British PM under fire for blaming care homes

Elias Hubbard
July 8, 2020

The chairman of the National Care Association, based in Medway, has called on Boris Johnson to apologise after he blamed the high rate of coronavirus deaths in care homes on "too many " providers failing to follow health guidelines.

"The PM was pointing out that nobody knew what the correct procedures were because the extent of asymptomatic transmission was not known at the time", he said.

Speaking during a visit to Goole in Yorkshire, the Prime Minister said: 'One of the things the crisis has shown is we need to think about how we organise our social care package better and how we make sure we look after people better who are in social care.

British Prime Minister Boris Johnson was accused today of trying to rewrite history for appearing to blame the deadly spread of coronavirus in care homes on the institutions themselves.

Business secretary Alok Sharma defended the prime minister's comments during an appearance on BBC Breakfast.

He was responding to remarks by NHS chief Sir Simon Stevens, who said the coronavirus crisis had shone "a very harsh spotlight" on the resilience of the sector and urged the Government to enact plans for reform within a year.

She said:"When you think of some of the mistakes hat have been made, I am absolutely stunned that he has made those comments and he should retract them.

We've seen 25,000 people discharged from hospitals to care homes without any tests and staff going without vital PPE and most people think that the Prime Minister should learn lessons from what has gone wrong, and instead of blaming care workers should be trying to fix the problem". "We've learnt an terrible lot over the last few months about this virus".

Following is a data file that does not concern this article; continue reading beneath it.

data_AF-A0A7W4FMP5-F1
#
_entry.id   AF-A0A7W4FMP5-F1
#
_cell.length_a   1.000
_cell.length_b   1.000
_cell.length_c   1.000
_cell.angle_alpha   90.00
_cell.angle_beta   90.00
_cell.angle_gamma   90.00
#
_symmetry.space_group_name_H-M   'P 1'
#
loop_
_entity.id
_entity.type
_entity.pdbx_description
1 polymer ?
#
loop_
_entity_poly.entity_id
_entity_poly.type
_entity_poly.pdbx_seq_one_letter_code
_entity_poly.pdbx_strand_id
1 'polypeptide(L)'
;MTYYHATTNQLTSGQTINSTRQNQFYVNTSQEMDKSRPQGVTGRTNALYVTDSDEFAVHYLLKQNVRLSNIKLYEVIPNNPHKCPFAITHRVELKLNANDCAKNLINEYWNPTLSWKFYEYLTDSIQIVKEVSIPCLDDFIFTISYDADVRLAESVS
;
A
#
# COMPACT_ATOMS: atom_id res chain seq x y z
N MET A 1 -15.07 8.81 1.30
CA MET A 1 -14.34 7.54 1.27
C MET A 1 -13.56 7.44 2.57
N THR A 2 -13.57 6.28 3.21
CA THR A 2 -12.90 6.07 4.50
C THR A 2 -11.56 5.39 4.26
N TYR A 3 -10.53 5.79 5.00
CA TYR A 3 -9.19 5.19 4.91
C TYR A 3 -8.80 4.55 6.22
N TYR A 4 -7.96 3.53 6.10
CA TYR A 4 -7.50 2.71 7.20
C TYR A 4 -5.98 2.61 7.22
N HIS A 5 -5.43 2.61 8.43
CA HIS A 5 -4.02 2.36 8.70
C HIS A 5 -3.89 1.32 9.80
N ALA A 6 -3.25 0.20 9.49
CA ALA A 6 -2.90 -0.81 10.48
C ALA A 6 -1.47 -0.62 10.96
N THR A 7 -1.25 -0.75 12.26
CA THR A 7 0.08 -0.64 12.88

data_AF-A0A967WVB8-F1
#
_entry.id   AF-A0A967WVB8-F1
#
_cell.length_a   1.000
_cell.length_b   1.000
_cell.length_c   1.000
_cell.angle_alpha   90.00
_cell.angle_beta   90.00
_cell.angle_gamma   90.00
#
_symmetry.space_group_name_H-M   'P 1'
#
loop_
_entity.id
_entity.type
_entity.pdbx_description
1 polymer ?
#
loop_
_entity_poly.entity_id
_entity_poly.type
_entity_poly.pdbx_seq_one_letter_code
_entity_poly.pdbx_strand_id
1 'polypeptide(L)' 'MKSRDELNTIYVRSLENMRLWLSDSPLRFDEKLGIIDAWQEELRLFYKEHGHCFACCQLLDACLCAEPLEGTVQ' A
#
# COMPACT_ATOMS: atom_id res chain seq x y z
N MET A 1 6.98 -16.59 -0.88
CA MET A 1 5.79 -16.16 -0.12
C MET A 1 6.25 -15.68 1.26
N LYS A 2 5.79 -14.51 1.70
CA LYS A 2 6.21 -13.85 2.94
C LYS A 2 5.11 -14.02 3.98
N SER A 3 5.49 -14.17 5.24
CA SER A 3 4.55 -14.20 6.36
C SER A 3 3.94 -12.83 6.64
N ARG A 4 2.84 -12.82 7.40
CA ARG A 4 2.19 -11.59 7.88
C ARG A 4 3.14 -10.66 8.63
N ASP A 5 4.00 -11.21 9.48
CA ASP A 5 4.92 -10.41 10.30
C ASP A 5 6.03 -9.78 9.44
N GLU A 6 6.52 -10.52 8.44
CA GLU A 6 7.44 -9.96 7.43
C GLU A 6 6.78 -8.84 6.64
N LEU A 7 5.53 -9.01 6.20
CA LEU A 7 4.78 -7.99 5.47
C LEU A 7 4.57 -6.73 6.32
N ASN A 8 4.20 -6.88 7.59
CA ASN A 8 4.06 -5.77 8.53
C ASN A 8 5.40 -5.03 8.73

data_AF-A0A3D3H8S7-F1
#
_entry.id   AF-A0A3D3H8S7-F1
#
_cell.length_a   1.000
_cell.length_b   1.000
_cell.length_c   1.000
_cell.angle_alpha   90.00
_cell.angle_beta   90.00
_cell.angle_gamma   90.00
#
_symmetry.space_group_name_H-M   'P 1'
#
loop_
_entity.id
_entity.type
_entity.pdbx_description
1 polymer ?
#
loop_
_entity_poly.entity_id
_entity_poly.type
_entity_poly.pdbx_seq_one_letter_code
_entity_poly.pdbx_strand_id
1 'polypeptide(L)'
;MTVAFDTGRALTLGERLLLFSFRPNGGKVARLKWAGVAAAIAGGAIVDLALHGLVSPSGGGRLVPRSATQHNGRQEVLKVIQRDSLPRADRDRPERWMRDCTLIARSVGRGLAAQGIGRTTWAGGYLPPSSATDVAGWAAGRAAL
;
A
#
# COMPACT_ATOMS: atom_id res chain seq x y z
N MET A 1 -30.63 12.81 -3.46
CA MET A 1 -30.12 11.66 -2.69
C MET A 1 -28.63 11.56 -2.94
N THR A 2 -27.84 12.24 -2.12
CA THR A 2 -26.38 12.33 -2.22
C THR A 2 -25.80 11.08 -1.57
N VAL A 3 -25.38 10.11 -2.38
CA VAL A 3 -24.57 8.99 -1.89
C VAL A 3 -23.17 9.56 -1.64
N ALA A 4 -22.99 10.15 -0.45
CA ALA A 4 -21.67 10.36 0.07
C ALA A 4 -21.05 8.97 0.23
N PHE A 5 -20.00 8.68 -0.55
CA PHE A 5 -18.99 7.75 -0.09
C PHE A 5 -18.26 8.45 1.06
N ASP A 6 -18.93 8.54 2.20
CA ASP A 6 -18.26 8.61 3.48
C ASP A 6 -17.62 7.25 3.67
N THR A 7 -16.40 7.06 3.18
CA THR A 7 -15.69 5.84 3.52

At the same time, ministers are sensitive about criticism over social care, which they have repeatedly promised to reform.

Mr Mark Adams, chief executive of charity Community Integrated Care, said he was "unbelievably disappointed" by Mr Johnson's comments, slamming them as clumsy and cowardly, adding that they represented a dystopian rewriting of history.

The Independent Care Group said most providers had "done their absolute best in the face of slow and conflicting advice".

He told BBC Radio 4's Today programme: "I think this - at best - was clumsy and cowardly, but, to be honest with you, if this is genuinely his view, I think we're nearly entering a Kafkaesque alternative reality where the Government set the rules, we follow them, they don't like the results and they then deny setting the rules and blame the people that were trying to do their best. It is hugely frustrating".

Care home managers have reacted angrily to the prime minister's comments, saying they followed government advice on protecting their patients and staff. "It is worth remembering that in February the Government agency Public Health England told homes it was "very unlikely that people receiving care in a care home will become infected' and that homes didn't need to do anything differently". Said the Leicester West MP. - Pubs in England reopened this weekend for the first time since late March, bringing cheer to drinkers and the industry but fears of public disorder and fresh coronavirus cases.

The funding aims to help the United Kingdom "build back greener" and meet its legally binding target to cut greenhouse gas emissions to net zero by 2050, but campaigners say it "doesn't measure up to the economic and environmental crises".

Other reports by Click Lancashire

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